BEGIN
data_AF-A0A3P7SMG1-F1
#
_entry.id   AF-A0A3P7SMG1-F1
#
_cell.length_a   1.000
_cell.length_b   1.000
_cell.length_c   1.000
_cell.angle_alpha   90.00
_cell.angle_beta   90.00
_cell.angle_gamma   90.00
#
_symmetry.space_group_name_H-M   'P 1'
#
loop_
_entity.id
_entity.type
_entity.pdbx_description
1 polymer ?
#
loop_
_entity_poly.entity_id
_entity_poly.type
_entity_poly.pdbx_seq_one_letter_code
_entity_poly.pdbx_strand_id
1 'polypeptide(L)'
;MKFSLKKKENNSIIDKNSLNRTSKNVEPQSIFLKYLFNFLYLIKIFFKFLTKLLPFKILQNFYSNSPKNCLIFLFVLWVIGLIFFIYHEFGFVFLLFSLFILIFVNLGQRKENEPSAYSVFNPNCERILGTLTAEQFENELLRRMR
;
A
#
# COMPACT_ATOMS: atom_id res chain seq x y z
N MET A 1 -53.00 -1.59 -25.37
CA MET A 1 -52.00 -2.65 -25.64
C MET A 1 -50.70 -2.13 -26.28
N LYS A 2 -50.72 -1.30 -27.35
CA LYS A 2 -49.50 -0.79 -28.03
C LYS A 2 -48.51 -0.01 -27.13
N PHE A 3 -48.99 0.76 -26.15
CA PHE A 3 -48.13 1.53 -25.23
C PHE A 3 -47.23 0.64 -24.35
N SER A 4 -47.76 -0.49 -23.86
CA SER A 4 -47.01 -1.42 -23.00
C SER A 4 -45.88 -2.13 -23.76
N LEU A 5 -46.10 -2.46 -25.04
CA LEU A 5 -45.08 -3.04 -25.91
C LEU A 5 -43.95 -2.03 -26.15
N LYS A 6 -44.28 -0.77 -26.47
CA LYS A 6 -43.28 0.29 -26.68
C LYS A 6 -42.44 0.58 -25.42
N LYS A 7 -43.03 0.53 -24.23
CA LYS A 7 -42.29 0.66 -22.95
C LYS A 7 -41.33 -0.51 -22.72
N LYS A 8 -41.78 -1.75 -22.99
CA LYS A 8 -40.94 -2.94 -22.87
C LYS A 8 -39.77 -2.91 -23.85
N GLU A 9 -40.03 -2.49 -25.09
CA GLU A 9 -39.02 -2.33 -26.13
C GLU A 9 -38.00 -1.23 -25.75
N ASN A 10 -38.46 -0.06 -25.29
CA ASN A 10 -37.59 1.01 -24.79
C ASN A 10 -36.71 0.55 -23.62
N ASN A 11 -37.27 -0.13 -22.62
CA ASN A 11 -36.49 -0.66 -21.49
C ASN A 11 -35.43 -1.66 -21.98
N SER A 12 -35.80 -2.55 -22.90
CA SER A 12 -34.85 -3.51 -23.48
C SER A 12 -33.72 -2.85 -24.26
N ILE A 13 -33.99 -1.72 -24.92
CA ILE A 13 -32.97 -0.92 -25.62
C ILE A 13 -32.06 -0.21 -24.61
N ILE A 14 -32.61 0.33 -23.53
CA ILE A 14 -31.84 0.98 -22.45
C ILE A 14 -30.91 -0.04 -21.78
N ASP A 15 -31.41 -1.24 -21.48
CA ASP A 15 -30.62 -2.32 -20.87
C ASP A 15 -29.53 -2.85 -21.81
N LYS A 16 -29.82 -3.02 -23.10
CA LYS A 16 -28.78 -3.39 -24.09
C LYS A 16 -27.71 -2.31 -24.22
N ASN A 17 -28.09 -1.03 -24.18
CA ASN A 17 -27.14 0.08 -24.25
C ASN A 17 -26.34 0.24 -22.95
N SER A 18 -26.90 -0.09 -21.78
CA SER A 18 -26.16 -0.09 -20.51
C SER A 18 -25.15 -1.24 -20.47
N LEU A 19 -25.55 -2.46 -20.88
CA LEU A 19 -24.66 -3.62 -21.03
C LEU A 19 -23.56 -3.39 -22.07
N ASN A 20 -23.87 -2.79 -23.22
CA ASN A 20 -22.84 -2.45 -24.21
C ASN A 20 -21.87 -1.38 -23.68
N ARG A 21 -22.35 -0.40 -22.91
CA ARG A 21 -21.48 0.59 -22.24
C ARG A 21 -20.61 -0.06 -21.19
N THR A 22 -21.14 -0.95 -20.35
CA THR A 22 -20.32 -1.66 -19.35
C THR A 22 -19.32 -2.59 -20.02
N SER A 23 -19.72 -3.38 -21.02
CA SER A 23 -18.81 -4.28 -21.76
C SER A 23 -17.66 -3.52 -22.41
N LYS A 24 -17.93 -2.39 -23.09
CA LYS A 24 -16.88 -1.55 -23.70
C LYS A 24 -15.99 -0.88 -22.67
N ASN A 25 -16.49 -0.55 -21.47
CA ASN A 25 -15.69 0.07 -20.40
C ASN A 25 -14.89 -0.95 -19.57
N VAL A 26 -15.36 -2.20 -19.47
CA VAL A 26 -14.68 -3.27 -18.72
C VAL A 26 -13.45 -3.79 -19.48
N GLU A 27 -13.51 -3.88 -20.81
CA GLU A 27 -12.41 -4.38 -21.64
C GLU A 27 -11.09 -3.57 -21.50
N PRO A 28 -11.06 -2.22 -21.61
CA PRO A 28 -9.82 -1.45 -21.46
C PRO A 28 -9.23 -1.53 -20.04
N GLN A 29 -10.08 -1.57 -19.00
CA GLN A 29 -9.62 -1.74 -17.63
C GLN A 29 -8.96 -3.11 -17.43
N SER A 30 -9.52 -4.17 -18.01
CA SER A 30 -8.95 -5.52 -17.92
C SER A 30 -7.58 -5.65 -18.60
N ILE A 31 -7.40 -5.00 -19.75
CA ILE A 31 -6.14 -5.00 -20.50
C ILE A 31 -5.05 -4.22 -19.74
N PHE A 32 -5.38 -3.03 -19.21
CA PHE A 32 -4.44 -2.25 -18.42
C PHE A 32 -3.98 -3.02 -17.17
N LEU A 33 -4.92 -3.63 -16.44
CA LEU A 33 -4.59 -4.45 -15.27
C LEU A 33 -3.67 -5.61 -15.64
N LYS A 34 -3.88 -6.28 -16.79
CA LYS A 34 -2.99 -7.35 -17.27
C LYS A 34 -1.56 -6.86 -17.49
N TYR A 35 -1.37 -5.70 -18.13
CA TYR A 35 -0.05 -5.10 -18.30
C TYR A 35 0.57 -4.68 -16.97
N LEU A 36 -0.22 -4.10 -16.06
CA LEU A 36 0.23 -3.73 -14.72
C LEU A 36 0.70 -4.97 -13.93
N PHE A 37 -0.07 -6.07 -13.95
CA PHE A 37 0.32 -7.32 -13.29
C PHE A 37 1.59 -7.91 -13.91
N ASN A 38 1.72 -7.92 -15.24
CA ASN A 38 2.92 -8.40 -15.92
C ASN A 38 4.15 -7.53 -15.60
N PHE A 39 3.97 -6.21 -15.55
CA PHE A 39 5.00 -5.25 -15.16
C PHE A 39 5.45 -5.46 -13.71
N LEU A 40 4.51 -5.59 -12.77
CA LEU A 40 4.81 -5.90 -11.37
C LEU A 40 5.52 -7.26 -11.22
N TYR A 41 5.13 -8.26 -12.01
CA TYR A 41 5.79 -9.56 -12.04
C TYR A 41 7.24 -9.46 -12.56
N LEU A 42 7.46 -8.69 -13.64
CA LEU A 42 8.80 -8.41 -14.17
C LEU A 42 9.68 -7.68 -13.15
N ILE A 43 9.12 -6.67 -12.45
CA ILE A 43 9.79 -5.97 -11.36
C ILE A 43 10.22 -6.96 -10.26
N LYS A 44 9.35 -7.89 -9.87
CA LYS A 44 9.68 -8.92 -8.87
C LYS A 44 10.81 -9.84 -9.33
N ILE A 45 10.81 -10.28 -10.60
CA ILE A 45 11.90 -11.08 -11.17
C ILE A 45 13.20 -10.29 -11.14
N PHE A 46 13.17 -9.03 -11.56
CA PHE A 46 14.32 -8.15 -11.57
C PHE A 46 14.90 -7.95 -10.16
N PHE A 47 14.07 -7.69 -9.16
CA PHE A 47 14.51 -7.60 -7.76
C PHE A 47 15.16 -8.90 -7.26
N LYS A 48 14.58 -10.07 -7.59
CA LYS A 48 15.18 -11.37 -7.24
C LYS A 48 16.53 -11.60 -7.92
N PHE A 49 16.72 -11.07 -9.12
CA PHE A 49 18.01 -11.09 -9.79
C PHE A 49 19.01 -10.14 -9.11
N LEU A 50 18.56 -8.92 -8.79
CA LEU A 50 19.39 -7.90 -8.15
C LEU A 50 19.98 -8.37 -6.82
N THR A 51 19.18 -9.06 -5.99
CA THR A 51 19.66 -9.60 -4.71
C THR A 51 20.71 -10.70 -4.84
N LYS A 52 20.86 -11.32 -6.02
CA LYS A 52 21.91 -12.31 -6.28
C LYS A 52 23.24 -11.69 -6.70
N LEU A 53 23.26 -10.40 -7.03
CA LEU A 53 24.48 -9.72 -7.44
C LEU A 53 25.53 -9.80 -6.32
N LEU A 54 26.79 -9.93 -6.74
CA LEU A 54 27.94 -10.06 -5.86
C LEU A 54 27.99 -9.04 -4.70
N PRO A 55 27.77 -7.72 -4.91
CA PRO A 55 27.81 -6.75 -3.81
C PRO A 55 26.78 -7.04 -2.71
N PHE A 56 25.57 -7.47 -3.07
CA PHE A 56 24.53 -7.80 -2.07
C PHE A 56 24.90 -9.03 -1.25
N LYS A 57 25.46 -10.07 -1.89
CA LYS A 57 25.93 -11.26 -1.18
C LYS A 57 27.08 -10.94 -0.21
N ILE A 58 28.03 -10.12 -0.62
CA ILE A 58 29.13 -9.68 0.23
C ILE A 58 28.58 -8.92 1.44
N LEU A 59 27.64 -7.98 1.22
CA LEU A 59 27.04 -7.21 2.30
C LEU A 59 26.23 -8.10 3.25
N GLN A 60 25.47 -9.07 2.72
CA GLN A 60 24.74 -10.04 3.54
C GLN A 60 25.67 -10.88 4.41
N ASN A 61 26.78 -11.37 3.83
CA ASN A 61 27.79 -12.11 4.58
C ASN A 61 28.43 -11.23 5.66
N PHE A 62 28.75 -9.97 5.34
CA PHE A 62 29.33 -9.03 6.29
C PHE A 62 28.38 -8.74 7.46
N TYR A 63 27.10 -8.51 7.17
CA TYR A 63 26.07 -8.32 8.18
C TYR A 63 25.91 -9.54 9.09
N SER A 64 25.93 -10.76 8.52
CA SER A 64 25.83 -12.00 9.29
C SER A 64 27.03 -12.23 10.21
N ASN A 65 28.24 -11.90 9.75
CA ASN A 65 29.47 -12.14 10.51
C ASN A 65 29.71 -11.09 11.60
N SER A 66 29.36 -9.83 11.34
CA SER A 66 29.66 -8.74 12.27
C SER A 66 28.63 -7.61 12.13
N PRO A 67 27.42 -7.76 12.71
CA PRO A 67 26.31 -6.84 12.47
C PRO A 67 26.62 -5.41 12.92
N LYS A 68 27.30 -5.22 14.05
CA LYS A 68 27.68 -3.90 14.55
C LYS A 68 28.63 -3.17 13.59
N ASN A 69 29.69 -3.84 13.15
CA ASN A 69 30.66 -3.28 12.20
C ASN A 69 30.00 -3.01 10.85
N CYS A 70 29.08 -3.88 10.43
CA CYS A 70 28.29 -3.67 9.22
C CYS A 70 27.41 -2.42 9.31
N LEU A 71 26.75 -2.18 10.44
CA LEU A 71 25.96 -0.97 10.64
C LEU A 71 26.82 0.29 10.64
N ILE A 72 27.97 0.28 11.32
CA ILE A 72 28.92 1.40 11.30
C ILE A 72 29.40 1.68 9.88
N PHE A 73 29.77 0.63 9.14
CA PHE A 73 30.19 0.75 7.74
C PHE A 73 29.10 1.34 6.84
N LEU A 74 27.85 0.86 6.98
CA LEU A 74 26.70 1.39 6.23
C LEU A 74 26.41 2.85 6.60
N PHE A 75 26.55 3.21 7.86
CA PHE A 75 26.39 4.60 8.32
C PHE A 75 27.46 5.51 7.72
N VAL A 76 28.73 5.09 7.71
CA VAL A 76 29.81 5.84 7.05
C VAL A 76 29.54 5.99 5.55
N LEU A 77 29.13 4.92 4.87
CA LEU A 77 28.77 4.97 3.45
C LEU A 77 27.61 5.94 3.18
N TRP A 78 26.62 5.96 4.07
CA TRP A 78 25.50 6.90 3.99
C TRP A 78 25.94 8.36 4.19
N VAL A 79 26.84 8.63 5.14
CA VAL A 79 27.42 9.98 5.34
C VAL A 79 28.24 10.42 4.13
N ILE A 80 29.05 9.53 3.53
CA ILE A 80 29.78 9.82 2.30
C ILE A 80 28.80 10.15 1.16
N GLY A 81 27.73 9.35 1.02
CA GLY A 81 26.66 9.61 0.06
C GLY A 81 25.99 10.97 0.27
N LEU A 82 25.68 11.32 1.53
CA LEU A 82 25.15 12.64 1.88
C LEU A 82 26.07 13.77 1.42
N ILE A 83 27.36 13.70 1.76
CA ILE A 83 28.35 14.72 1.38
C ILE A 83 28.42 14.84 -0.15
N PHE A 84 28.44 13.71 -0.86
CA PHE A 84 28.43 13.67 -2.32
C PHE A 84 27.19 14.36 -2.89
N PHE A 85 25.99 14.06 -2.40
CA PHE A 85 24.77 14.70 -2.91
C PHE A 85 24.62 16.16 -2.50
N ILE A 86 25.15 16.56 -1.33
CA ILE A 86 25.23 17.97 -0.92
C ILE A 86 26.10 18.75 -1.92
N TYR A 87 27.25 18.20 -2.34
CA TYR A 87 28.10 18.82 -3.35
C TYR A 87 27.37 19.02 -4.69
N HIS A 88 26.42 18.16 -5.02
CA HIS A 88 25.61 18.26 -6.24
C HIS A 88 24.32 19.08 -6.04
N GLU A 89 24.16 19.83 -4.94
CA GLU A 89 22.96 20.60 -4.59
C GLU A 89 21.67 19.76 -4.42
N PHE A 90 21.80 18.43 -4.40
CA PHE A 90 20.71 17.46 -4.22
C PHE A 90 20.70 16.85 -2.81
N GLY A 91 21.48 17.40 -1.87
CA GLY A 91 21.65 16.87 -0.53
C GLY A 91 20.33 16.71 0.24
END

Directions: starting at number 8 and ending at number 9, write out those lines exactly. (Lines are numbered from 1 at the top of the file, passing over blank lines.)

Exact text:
_cell.angle_alpha   90.00
_cell.angle_beta   90.00